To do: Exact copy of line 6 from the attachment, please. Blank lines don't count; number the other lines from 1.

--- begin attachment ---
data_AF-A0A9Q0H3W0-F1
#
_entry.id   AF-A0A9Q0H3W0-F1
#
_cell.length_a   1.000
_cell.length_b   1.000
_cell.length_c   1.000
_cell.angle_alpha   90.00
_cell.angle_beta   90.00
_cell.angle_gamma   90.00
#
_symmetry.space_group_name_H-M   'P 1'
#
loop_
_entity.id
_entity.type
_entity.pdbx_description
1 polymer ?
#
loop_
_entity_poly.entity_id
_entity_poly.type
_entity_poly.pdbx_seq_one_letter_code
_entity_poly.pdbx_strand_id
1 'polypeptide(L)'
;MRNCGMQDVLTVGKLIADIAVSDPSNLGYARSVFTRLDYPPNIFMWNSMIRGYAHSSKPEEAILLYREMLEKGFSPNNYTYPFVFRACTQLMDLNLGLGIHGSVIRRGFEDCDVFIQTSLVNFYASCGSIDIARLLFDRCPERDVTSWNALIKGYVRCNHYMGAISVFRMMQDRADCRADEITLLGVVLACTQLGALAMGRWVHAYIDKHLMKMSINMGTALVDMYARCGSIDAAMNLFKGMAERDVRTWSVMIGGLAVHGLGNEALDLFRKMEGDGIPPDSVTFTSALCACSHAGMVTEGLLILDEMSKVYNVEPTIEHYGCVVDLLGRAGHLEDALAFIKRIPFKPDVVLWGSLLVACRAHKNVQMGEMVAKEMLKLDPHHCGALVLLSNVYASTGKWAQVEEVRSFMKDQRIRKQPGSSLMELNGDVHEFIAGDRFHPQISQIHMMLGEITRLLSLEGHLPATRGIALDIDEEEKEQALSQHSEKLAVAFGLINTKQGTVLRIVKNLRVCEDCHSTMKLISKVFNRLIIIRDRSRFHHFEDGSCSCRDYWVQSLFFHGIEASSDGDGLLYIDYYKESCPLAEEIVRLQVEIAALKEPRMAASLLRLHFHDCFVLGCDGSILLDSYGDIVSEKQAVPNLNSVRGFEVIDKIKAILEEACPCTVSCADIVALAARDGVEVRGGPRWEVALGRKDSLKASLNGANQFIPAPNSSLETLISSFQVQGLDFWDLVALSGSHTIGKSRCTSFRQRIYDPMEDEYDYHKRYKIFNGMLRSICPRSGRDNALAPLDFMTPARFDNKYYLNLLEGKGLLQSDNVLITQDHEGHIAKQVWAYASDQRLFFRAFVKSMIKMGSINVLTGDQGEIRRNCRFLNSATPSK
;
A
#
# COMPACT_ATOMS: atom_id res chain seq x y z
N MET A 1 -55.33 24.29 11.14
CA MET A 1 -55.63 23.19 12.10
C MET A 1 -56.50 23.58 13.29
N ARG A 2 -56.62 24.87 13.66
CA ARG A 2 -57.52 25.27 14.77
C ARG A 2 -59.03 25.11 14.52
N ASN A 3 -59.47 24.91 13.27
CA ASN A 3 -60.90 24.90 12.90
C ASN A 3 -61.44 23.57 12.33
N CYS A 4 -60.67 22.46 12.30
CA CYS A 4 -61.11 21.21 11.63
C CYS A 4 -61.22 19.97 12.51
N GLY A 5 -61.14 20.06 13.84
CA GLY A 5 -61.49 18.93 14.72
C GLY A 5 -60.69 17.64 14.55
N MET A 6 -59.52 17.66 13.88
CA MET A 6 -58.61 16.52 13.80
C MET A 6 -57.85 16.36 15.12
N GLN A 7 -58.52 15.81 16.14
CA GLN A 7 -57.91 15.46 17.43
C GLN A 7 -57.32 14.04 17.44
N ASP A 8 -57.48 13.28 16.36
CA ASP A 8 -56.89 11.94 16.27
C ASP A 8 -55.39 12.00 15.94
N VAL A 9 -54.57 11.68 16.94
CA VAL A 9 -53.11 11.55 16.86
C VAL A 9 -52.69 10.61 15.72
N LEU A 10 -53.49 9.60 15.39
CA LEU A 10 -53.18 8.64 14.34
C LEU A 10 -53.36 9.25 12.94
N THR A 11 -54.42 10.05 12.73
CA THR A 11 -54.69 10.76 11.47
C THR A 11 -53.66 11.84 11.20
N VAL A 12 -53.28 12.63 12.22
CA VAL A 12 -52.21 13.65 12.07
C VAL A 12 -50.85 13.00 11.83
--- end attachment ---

_cell.length_b   1.000